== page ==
For HCl/Au(111), I found surface temperature dependent vibrational excitation probabilities (VEPs) from vibrational state v
= 0 -> 1 to be in the range of 10^-5 - 10^-3 for incidence energies of Ei = 0.67 - 0.99 eV, which is low compared to other molecule-surface systems. On the other hand, VEPs for the v = 1 -> 2 transition were substantially higher at 10^-3 - 10^-2 for comparable incidence energies. In both cases, excitation probabilities could be divided into electronically adiabatic and nonadiabatic contributions where the latter exponentially depended on the surface temperature Ts. This combination of adiabatic and nonadiabatic vibrational excitation has so far been uniquely observed for HCl scattered from Au(111) and Ag(111) surfaces. Extracting Ei and Ts independent interaction coefficients, I found the nonadiabatic excitation to be stronger than the adiabatic one by a factor of 67 for the v = 0 -> 1 and 24 for the v = 1 -> 2 channel.
In comparison, on Ag(111) only the excitation from the vibrational ground state could be observed. With VEPs in the range of 10^-4 - 10^-3 being slightly higher than on gold, this difference was interpreted as enhanced nonadiabatic interactions on silver. Relatively low barriers to dissociation on both metal surfaces (e. g., compared to NO/Au(111)) might have led to the higher v = 1 -> 2 VEPs on Au(111). Further, the absence of higher excitation channels (v = 2 -> 3 on gold, v = 1 -> 2 on silver) might also be explained by the enhanced dissociation of HCl molecules incident in excited vibrational states.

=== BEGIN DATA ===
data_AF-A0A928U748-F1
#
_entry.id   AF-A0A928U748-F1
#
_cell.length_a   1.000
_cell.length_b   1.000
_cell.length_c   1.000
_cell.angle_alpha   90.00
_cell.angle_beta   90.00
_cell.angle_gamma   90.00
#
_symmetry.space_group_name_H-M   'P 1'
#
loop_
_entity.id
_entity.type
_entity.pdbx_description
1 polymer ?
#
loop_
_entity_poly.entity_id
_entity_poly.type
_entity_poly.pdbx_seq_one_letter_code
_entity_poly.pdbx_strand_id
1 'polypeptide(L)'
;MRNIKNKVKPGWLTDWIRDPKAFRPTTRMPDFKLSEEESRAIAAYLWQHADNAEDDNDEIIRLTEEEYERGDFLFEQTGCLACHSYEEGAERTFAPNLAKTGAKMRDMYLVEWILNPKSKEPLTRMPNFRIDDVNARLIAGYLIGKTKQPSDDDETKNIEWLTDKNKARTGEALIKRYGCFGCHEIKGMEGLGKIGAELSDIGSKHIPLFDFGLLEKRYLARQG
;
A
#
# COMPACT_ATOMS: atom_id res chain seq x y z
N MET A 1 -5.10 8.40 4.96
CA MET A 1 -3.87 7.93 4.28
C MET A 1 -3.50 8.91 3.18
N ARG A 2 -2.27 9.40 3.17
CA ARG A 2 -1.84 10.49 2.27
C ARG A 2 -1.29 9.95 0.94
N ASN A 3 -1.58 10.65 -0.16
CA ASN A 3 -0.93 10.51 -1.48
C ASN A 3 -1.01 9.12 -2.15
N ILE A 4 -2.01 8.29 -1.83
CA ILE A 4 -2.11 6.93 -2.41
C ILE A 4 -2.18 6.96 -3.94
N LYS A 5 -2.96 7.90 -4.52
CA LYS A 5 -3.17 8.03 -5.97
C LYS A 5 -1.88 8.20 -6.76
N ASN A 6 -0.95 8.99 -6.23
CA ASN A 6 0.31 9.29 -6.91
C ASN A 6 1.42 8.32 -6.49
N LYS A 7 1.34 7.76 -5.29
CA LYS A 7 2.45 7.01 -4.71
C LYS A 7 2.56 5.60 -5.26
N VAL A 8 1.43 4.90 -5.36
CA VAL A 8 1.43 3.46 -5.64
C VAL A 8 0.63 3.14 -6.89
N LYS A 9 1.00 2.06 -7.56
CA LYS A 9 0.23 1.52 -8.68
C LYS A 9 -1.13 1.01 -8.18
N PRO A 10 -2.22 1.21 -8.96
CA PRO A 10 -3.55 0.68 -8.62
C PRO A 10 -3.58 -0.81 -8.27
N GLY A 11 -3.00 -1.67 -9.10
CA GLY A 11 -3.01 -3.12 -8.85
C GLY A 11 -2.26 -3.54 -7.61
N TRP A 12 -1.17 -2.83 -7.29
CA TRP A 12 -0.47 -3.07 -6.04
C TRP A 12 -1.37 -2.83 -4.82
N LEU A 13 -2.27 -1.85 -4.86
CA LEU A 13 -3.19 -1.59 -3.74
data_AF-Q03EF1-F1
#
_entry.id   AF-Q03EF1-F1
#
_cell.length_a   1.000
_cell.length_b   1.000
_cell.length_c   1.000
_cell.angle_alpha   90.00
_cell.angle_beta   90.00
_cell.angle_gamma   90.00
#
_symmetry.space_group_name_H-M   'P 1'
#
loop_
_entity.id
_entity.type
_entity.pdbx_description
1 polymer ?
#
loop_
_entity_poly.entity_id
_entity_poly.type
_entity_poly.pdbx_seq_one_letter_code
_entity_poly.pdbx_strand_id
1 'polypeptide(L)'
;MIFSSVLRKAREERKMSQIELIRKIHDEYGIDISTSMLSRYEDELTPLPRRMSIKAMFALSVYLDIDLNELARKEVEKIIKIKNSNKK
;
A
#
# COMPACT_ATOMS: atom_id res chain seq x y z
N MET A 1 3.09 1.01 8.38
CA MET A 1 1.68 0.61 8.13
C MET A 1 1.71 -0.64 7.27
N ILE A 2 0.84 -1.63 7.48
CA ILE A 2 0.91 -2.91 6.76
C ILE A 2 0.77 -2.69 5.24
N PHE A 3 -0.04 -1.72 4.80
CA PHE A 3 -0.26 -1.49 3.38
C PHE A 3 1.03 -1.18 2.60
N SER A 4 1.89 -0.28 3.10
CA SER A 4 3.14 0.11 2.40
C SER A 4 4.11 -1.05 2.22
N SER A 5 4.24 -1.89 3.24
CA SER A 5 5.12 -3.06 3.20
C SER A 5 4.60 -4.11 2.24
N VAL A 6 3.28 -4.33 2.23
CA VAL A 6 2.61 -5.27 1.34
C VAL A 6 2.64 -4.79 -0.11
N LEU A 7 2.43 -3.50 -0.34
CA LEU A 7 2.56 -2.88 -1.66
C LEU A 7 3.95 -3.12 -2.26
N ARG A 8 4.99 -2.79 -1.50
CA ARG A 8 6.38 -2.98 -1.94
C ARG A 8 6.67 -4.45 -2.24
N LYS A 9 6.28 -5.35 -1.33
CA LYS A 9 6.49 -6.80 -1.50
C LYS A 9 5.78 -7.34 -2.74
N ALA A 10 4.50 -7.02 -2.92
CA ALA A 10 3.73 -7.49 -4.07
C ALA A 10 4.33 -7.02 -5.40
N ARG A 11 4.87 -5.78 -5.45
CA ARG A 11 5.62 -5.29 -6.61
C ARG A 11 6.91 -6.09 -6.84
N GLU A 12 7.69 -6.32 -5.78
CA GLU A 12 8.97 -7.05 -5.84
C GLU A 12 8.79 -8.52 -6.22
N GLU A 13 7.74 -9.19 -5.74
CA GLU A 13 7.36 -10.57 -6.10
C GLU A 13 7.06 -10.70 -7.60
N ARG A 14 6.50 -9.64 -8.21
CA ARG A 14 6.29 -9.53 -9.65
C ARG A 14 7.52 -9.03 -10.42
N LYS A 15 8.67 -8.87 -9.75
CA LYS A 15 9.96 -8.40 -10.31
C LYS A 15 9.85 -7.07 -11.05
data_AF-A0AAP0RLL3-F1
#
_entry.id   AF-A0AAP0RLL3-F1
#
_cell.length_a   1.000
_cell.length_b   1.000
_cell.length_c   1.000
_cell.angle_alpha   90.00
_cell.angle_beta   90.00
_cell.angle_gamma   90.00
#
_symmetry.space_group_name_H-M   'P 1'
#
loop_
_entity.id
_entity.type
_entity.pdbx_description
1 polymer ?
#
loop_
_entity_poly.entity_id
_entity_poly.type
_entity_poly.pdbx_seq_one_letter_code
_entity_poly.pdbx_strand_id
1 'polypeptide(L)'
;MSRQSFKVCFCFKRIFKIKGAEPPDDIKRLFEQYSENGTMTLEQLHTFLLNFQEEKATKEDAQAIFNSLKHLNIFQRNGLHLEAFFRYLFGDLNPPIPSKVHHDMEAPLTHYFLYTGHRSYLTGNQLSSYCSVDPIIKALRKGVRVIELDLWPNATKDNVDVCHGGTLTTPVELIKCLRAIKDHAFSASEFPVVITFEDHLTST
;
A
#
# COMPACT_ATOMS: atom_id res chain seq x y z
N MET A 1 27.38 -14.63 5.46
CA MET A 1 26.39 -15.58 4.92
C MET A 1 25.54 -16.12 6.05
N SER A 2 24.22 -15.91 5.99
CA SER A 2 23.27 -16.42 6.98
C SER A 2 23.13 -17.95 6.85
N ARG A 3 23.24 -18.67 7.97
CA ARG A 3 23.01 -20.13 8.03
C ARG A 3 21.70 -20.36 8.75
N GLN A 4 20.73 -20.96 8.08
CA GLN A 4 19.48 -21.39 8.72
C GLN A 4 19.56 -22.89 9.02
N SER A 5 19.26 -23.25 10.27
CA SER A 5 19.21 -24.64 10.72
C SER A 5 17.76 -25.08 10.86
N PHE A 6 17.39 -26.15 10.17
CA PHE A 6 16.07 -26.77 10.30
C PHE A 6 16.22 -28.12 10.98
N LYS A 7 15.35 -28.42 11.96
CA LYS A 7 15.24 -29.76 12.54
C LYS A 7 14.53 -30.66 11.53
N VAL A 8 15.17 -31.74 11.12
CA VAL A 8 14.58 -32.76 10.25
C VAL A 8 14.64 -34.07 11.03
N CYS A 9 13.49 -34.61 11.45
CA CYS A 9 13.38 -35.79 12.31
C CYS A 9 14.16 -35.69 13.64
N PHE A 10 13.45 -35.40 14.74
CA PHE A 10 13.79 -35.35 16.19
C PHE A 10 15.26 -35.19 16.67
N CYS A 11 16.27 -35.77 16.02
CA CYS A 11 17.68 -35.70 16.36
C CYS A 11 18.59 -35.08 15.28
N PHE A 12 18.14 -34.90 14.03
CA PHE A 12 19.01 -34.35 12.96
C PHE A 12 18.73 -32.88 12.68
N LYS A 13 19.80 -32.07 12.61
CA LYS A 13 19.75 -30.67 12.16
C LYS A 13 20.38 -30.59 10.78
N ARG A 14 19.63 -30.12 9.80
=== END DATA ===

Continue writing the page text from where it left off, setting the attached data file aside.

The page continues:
Dissociation probabilities of HCl on metal surfaces were measured by AUGER electron spectroscopy after controlled molecular beam dosage monitored by a quadrupole mass spectrometer. Even though the dissociation probabilities on Ag(111) were predicted to be higher than on Au(111), I could not determine them within the current technical limitations. Additionally, the actual dissociation probabilities I determined on Au(111) employing AES remained below 0.06 - 0.17, which is lower than those predicted by a series of computational studies by a factor of 2 - 6. On the other hand, translational energy losses calculated in the latest AIMDEF study match the experimental results for v = 1 -> 1 and v = 1 -> 2 quite accurately. In sum, the results of this thesis, which all indicate that HCl exhibits both electronically adiabatic and nonadiabatic interactions with metal surfaces during scatter- ing events, can serve as benchmark data to test and improve theoretical descriptions of gas-surface interactions, especially in those cases were nonadiabaticity plays an important role.